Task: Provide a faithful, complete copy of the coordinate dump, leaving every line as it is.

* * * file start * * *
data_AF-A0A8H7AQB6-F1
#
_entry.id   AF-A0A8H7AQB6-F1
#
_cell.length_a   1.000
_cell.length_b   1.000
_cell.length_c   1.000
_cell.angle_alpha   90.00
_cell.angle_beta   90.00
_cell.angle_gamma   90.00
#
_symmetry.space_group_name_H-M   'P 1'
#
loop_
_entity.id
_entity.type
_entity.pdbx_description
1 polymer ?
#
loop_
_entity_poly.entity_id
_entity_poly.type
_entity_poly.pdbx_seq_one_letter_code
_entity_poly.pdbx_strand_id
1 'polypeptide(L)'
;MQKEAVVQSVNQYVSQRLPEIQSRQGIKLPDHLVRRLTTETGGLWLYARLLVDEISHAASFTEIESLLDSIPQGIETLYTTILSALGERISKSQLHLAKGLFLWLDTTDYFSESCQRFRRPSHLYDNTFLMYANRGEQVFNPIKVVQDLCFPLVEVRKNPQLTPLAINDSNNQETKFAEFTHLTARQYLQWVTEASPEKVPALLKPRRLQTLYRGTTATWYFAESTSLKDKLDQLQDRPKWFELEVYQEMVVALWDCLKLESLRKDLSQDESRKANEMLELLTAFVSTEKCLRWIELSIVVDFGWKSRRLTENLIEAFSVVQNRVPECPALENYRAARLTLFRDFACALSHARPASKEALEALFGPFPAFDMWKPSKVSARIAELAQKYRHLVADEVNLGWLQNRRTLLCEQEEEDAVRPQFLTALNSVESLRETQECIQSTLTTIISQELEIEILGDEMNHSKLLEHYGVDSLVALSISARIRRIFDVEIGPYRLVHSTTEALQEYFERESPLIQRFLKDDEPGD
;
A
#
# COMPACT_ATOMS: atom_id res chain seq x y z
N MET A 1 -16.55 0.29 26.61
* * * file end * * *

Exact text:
data_AF-A0A8H7AQB6-F1
#
_entry.id   AF-A0A8H7AQB6-F1
#
_cell.length_a   1.000
_cell.length_b   1.000
_cell.length_c   1.000
_cell.angle_alpha   90.00
_cell.angle_beta   90.00
_cell.angle_gamma   90.00
#
_symmetry.space_group_name_H-M   'P 1'
#
loop_
_entity.id
_entity.type
_entity.pdbx_description
1 polymer ?
#
loop_
_entity_poly.entity_id
_entity_poly.type
_entity_poly.pdbx_seq_one_letter_code
_entity_poly.pdbx_strand_id
1 'polypeptide(L)'
;MQKEAVVQSVNQYVSQRLPEIQSRQGIKLPDHLVRRLTTETGGLWLYARLLVDEISHAASFTEIESLLDSIPQGIETLYTTILSALGERISKSQLHLAKGLFLWLDTTDYFSESCQRFRRPSHLYDNTFLMYANRGEQVFNPIKVVQDLCFPLVEVRKNPQLTPLAINDSNNQETKFAEFTHLTARQYLQWVTEASPEKVPALLKPRRLQTLYRGTTATWYFAESTSLKDKLDQLQDRPKWFELEVYQEMVVALWDCLKLESLRKDLSQDESRKANEMLELLTAFVSTEKCLRWIELSIVVDFGWKSRRLTENLIEAFSVVQNRVPECPALENYRAARLTLFRDFACALSHARPASKEALEALFGPFPAFDMWKPSKVSARIAELAQKYRHLVADEVNLGWLQNRRTLLCEQEEEDAVRPQFLTALNSVESLRETQECIQSTLTTIISQELEIEILGDEMNHSKLLEHYGVDSLVALSISARIRRIFDVEIGPYRLVHSTTEALQEYFERESPLIQRFLKDDEPGD
;
A
#
# COMPACT_ATOMS: atom_id res chain seq x y z
N MET A 1 -16.55 0.29 26.61